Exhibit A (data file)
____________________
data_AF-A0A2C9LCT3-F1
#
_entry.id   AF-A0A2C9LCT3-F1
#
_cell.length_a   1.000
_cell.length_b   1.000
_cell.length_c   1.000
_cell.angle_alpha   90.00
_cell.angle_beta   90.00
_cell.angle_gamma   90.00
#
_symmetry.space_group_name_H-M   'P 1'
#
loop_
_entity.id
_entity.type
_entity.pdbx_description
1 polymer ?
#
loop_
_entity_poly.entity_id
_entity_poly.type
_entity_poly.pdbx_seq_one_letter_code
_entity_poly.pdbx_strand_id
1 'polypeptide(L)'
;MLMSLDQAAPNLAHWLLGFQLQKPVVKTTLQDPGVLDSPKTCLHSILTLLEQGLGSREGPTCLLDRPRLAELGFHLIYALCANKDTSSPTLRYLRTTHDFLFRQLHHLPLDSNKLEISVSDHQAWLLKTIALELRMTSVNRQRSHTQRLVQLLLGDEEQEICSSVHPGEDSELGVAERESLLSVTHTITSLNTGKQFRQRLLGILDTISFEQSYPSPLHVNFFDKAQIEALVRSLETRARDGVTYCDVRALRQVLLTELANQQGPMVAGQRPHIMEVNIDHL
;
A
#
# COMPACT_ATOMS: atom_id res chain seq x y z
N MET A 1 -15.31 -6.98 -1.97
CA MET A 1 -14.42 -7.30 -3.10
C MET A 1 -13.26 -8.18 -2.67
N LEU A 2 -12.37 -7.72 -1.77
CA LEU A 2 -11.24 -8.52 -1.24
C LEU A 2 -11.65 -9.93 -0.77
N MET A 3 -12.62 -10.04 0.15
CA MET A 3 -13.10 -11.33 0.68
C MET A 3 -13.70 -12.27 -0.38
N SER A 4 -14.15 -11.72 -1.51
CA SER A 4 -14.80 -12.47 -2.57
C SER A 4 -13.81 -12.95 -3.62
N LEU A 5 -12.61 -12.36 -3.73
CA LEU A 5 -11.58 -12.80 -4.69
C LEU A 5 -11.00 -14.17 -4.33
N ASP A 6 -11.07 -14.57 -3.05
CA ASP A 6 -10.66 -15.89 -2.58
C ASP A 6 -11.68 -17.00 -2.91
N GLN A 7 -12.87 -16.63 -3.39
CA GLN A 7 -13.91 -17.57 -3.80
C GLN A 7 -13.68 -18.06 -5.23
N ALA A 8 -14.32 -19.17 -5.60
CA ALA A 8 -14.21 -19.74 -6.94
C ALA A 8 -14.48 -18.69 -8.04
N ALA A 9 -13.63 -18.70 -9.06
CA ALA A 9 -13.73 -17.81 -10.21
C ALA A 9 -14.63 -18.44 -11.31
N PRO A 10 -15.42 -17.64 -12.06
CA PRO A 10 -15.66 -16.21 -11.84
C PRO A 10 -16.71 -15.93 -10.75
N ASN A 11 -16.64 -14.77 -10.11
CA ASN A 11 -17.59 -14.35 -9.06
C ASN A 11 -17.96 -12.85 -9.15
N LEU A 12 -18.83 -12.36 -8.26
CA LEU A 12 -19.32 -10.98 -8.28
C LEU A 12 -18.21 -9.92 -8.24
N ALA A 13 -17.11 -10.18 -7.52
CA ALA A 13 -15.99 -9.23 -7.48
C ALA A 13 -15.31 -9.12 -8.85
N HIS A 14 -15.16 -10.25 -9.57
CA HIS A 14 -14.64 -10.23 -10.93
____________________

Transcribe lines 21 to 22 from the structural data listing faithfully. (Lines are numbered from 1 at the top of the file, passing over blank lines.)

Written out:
_entity_poly.entity_id
_entity_poly.type